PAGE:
Medieval Pet Names

The next time you have the occasion to think up a name for a new pet, you could go back, way back, to medieval times and use one of the names people used back then. Many dog and cat names made it into historical records.

In England we find dogs that were named Sturdy, Whitefoot, Hardy, Jakke, Bo and Terri. Anne Boleyn, one of the wives of King Henry VIII, had a dog named Purkoy, who got its name from the French ‘pourquoi’ because it was very inquisitive.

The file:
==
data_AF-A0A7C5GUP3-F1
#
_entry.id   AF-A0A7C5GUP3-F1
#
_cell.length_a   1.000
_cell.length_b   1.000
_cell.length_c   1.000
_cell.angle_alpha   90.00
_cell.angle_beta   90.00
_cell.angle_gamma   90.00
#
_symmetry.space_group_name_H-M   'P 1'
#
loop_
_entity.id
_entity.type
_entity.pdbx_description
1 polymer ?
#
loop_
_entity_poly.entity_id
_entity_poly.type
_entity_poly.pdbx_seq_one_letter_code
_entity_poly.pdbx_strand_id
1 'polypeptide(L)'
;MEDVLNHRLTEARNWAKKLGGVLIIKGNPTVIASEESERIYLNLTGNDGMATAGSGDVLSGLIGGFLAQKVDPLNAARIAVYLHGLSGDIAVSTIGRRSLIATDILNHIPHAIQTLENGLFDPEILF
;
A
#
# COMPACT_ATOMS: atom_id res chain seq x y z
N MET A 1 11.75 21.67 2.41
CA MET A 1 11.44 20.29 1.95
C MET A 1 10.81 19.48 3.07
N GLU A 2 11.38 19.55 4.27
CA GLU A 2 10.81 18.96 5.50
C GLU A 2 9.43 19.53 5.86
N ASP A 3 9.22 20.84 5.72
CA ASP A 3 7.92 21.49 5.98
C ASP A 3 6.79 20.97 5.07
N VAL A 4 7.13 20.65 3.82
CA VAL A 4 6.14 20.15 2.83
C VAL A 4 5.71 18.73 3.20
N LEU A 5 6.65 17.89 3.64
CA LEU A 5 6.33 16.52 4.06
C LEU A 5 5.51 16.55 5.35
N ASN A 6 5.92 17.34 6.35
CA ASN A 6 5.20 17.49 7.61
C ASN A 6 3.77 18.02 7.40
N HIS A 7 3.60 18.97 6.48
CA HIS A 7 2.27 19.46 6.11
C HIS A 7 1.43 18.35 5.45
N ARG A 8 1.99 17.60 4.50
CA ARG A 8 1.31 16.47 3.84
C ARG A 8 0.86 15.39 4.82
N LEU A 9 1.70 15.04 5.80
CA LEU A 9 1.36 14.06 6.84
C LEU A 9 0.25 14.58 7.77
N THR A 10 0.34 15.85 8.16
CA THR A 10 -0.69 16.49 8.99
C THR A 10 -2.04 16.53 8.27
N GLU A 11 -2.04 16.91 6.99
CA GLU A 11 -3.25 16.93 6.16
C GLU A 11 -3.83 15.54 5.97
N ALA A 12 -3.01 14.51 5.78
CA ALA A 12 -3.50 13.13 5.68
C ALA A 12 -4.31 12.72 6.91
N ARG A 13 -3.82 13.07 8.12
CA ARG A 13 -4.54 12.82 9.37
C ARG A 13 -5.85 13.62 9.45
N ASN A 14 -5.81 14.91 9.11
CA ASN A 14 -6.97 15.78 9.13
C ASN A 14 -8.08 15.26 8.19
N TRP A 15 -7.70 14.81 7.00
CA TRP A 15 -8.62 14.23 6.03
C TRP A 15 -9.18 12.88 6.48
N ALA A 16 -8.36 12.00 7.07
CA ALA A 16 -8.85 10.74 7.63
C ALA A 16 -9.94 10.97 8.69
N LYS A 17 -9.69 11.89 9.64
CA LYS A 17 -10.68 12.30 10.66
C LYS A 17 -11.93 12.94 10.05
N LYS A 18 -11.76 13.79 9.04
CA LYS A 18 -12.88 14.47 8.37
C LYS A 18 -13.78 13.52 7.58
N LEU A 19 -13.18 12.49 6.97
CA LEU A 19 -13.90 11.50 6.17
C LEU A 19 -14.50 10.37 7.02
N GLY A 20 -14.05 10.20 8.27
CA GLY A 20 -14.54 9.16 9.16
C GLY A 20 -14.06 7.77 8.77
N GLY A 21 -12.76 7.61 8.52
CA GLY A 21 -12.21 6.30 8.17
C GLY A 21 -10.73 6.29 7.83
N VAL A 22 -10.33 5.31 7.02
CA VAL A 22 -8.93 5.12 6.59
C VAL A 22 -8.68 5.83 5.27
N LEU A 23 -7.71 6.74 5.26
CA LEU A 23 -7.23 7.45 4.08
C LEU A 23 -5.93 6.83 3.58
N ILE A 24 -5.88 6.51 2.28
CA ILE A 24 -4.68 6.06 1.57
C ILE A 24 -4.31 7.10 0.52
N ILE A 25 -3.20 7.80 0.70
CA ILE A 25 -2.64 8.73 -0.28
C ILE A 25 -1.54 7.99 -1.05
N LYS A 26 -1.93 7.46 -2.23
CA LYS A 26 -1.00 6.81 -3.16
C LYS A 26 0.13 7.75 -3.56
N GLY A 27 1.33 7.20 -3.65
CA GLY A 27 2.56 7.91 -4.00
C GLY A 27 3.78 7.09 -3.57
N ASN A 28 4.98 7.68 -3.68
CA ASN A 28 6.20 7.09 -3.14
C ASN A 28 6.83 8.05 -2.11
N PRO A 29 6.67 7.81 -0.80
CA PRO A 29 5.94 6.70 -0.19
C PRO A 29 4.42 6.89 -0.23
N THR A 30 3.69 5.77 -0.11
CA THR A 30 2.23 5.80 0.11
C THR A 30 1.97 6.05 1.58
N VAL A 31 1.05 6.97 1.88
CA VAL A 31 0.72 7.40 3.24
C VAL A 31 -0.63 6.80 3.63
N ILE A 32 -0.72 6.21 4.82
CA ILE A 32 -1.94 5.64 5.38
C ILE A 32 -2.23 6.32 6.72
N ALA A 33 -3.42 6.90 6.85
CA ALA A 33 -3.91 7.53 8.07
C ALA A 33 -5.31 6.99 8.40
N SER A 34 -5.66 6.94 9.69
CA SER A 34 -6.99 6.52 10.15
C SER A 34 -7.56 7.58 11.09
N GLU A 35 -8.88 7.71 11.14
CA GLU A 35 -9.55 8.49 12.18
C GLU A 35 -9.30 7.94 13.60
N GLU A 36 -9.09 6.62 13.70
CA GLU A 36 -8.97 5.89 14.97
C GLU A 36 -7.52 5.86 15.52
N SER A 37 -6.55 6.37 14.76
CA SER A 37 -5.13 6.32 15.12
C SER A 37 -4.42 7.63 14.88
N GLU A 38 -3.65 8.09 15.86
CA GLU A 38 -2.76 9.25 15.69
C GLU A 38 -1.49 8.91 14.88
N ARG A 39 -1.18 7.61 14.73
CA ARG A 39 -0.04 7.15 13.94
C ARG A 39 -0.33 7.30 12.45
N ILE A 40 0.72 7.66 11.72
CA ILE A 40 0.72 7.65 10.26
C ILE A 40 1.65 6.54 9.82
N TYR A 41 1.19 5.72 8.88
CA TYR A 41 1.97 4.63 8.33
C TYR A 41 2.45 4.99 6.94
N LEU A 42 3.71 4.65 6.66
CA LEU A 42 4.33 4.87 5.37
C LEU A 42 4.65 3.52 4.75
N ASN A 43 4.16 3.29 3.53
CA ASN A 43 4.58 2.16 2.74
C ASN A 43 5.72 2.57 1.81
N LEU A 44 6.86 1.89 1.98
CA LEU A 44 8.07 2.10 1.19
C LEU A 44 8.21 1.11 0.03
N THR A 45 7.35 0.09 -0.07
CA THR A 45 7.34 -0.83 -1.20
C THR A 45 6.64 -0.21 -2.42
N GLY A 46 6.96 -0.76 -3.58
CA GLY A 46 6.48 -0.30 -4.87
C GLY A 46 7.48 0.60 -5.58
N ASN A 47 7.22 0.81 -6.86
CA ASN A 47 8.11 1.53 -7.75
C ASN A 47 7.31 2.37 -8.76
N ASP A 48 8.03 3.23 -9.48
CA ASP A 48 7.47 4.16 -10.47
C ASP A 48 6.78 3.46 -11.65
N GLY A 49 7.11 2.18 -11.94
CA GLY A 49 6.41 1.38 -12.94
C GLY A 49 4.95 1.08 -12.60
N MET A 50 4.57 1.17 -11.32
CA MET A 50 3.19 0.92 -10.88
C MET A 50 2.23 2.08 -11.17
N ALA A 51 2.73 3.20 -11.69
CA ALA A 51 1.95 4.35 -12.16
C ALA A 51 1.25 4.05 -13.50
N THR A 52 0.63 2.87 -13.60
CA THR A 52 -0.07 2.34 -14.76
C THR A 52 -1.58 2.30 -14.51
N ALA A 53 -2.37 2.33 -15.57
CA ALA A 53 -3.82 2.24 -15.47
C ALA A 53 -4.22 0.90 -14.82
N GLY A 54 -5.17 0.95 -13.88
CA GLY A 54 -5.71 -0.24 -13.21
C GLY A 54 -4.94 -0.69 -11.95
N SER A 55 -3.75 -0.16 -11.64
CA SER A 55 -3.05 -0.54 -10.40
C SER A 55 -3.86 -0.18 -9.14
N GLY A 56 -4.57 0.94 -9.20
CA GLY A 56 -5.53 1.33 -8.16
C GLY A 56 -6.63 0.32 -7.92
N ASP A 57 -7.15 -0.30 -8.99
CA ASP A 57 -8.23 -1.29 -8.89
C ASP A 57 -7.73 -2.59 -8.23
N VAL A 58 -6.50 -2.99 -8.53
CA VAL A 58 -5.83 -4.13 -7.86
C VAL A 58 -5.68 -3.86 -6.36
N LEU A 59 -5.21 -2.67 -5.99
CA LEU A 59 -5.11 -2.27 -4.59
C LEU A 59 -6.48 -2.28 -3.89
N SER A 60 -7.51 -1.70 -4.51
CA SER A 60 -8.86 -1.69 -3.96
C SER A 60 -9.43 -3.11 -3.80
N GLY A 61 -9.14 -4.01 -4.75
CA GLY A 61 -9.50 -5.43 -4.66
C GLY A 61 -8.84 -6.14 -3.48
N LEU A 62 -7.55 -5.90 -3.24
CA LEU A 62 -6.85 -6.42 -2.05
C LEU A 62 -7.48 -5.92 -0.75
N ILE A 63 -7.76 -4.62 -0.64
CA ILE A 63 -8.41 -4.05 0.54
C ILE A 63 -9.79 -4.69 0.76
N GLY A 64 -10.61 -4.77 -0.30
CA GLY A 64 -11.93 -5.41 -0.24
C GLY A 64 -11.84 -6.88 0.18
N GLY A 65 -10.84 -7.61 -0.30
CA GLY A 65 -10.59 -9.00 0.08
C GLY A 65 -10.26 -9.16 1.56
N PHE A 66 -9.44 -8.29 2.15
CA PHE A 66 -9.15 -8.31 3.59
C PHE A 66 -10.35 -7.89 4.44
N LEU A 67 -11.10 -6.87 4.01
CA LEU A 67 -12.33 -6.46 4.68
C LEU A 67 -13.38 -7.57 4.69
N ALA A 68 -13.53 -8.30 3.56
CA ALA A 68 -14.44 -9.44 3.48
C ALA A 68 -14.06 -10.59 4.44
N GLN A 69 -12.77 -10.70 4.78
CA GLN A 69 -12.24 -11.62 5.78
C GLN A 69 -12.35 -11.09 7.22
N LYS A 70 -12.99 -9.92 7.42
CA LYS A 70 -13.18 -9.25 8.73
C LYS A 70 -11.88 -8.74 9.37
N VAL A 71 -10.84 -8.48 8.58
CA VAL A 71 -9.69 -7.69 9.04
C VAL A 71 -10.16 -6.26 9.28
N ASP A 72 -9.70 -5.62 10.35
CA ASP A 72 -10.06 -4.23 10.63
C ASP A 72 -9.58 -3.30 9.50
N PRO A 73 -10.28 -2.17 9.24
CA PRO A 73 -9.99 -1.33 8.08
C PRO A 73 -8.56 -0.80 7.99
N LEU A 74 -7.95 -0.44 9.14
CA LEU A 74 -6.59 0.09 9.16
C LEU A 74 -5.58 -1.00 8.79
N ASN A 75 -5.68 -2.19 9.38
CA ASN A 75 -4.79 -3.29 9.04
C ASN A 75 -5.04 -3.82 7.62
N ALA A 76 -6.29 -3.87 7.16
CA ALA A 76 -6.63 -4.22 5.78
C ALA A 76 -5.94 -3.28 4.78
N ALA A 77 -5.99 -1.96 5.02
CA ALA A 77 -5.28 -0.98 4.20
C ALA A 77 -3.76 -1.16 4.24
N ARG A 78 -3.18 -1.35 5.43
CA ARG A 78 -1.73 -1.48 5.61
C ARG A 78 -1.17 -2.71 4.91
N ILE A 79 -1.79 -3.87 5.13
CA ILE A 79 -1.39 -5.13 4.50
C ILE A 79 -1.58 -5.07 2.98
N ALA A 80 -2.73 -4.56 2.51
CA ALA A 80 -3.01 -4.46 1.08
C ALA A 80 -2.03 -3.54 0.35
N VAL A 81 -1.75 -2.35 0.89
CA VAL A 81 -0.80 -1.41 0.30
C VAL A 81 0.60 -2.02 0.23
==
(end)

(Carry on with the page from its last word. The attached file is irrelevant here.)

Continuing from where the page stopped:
Geoffrey Chaucer’s The Nun’s Priest Tale has a line where they name three dogs: Colle, Talbot and Gerland. Meanwhile, in the early fifteenth-century, Edward, Duke of York, wrote The Master of Game, which explains how dogs are to be used in hunting and taken care of. He also included a list of 1100 names that he thought would be appropriate for hunting dogs. They include Troy, Nosewise, Amiable, Nameles, Clenche, Bragge, Ringwood and Holdfast.

Oh, there's lots more, and names for cats as well, at Link -via Metafilter

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"Ran Colle, our dog, and Talbot and Gerland, and Malkyn with a distaff in her hand..."
Clearly, Malkyn is not a dog, and neither are Talbot or Gerland. Colle is the only dog named.
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